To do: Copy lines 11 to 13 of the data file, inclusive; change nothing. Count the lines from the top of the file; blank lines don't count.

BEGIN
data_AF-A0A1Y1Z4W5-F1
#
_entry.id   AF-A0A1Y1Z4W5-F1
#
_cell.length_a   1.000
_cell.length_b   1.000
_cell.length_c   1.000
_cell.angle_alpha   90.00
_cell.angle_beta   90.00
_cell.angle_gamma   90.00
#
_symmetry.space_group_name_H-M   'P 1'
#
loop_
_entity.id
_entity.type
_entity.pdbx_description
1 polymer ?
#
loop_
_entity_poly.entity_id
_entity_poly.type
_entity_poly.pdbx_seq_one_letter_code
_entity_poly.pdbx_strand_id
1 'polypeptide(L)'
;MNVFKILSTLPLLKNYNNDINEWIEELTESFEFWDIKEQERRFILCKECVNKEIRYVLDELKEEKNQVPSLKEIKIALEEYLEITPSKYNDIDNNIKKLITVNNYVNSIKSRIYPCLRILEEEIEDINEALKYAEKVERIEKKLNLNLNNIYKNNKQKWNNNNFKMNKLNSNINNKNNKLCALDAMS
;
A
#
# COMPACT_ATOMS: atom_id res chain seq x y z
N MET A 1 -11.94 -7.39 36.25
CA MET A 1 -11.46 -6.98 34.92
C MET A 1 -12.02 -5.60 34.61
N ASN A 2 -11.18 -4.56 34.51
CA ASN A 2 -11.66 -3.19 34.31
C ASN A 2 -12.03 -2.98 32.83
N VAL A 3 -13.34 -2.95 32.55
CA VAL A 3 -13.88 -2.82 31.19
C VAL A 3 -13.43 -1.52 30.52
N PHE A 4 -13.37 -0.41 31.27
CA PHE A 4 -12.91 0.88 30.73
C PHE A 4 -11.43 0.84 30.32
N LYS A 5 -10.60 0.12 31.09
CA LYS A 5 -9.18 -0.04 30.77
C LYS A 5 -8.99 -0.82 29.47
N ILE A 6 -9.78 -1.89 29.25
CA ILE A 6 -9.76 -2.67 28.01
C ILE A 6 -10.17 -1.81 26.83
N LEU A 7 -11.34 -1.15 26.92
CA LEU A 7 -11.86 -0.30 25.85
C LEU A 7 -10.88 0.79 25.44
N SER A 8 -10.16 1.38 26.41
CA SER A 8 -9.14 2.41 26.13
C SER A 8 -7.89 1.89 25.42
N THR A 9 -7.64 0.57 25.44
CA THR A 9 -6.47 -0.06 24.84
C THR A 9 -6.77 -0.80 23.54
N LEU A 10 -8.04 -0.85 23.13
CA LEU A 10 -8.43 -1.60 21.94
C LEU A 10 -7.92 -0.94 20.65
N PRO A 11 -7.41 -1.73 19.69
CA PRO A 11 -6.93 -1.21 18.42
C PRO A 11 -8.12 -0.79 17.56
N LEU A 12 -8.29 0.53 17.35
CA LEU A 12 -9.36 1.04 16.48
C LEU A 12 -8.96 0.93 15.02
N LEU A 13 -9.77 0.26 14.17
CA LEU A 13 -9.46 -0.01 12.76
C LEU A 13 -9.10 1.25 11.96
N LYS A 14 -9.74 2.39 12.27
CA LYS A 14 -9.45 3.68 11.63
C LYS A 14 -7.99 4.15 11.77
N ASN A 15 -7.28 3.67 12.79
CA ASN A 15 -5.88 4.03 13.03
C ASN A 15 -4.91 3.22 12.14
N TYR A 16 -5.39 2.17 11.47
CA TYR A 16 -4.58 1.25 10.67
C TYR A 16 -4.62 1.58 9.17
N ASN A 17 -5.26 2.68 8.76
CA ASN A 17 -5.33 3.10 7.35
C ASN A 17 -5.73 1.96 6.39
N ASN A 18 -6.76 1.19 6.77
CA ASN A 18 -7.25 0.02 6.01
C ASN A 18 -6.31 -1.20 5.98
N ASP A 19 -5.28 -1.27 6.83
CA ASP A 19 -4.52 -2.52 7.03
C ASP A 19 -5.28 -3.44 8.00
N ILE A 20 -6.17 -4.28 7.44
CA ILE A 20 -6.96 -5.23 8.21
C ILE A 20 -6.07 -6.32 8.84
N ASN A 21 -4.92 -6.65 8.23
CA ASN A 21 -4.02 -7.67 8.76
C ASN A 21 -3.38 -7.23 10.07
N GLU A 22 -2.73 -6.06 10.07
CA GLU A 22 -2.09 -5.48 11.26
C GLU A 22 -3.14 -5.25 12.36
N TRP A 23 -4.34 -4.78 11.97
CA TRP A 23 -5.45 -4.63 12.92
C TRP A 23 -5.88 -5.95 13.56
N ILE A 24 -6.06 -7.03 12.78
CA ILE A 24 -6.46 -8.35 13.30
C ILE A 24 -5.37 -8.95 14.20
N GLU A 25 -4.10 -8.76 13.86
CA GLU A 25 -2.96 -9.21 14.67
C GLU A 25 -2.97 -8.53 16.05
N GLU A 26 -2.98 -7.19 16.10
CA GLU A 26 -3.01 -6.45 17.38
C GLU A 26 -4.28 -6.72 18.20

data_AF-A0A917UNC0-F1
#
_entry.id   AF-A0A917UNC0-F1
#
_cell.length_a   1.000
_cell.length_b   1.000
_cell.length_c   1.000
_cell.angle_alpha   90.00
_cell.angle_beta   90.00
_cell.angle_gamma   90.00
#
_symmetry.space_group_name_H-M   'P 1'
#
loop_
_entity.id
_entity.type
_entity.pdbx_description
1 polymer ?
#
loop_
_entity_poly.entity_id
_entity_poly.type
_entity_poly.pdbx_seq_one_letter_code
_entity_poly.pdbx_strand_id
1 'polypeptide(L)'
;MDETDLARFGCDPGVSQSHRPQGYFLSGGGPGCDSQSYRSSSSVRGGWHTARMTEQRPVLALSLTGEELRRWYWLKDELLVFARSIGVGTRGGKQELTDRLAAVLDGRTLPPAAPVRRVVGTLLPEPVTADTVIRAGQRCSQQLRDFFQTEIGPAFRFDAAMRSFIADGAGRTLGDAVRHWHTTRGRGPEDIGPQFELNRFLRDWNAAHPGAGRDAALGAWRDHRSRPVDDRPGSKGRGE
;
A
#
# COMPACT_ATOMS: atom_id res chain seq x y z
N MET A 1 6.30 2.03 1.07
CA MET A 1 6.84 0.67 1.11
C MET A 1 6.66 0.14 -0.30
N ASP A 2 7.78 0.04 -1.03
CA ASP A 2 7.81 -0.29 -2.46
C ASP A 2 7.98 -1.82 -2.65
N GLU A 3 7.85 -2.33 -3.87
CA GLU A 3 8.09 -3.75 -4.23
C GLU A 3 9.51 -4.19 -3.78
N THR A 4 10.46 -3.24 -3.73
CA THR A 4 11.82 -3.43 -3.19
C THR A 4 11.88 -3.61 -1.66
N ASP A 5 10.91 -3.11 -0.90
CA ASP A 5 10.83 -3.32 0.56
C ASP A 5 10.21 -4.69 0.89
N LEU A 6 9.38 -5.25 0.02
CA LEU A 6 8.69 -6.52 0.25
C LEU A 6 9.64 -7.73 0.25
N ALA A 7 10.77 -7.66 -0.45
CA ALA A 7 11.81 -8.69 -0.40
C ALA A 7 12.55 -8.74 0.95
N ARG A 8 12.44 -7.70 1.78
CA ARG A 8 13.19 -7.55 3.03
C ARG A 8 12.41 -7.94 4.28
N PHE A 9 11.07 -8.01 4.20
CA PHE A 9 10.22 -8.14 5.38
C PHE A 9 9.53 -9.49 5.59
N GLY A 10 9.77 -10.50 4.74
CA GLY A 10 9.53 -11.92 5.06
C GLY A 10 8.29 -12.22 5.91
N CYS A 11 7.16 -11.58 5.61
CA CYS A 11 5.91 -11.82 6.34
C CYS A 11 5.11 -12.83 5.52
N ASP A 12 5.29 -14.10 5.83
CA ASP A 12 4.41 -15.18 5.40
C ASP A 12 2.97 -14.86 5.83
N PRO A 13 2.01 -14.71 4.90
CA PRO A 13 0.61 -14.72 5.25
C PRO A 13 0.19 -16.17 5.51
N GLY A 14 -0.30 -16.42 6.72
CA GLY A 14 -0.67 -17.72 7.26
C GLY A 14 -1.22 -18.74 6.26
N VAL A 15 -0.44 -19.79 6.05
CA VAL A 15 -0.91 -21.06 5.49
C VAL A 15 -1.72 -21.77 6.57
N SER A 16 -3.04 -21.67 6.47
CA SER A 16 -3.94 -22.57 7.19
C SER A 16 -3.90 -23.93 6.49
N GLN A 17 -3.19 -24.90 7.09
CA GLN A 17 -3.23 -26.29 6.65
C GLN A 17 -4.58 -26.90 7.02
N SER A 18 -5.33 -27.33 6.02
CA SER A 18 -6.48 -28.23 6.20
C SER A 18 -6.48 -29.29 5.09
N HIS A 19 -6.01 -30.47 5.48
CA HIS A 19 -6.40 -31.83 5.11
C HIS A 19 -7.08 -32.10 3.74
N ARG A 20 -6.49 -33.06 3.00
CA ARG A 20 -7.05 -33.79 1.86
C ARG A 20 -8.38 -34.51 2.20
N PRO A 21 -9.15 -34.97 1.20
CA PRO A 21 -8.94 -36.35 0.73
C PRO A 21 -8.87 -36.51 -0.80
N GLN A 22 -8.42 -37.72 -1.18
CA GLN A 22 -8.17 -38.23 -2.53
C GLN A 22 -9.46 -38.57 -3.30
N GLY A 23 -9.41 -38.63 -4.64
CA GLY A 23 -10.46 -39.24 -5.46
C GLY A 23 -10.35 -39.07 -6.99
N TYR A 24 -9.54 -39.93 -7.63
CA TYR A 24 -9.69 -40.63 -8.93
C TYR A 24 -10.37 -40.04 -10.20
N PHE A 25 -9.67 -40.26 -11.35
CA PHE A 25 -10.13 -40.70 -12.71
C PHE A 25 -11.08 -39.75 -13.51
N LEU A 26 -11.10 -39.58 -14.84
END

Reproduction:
#
_symmetry.space_group_name_H-M   'P 1'
#